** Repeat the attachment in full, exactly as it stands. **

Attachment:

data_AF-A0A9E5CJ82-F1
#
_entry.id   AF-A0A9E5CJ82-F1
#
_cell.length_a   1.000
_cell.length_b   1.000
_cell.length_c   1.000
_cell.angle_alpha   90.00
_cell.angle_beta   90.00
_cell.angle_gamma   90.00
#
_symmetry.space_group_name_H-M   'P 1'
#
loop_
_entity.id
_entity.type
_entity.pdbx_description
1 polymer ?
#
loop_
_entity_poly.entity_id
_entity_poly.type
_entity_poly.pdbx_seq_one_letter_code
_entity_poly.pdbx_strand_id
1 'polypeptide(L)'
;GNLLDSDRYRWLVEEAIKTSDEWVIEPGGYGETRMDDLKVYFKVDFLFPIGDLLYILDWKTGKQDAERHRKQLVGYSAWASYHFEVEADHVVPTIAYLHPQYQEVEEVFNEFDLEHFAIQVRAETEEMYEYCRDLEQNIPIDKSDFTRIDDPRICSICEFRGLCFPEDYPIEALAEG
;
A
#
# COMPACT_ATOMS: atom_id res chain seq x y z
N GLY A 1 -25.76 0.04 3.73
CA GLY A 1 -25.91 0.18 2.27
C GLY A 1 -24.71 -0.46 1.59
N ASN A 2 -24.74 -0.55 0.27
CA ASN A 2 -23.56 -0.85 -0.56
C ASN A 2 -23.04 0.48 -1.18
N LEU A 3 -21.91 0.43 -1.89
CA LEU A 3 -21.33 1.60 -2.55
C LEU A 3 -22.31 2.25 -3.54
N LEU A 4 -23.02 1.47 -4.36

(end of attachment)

data_AF-A0A9E5CJ82-F1
#
_entry.id   AF-A0A9E5CJ82-F1
#
_cell.length_a   1.000
_cell.length_b   1.000
_cell.length_c   1.000
_cell.angle_alpha   90.00
_cell.angle_beta   90.00
_cell.angle_gamma   90.00
#
_symmetry.space_group_name_H-M   'P 1'
#
loop_
_entity.id
_entity.type
_entity.pdbx_description
1 polymer ?
#
loop_
_entity_poly.entity_id
_entity_poly.type
_entity_poly.pdbx_seq_one_letter_code
_entity_poly.pdbx_strand_id
1 'polypeptide(L)'
;GNLLDSDRYRWLVEEAIKTSDEWVIEPGGYGETRMDDLKVYFKVDFLFPIGDLLYILDWKTGKQDAERHRKQLVGYSAWASYHFEVEADHVVPTIAYLHPQYQEVEEVFNEFDLEHFAIQVRAETEEMYEYCRDLEQNIPIDKSDFTRIDDPRICSICEFRGLCFPEDYPIEALAEG
;
A
#
# COMPACT_ATOMS: atom_id res chain seq x y z
N GLY A 1 -25.76 0.04 3.73
CA GLY A 1 -25.91 0.18 2.27
C GLY A 1 -24.71 -0.46 1.59
N ASN A 2 -24.74 -0.55 0.27
CA ASN A 2 -23.56 -0.85 -0.56
C ASN A 2 -23.04 0.48 -1.18
N LEU A 3 -21.91 0.43 -1.89
CA LEU A 3 -21.33 1.60 -2.55
C LEU A 3 -22.31 2.25 -3.54
N LEU A 4 -23.02 1.47 -4.36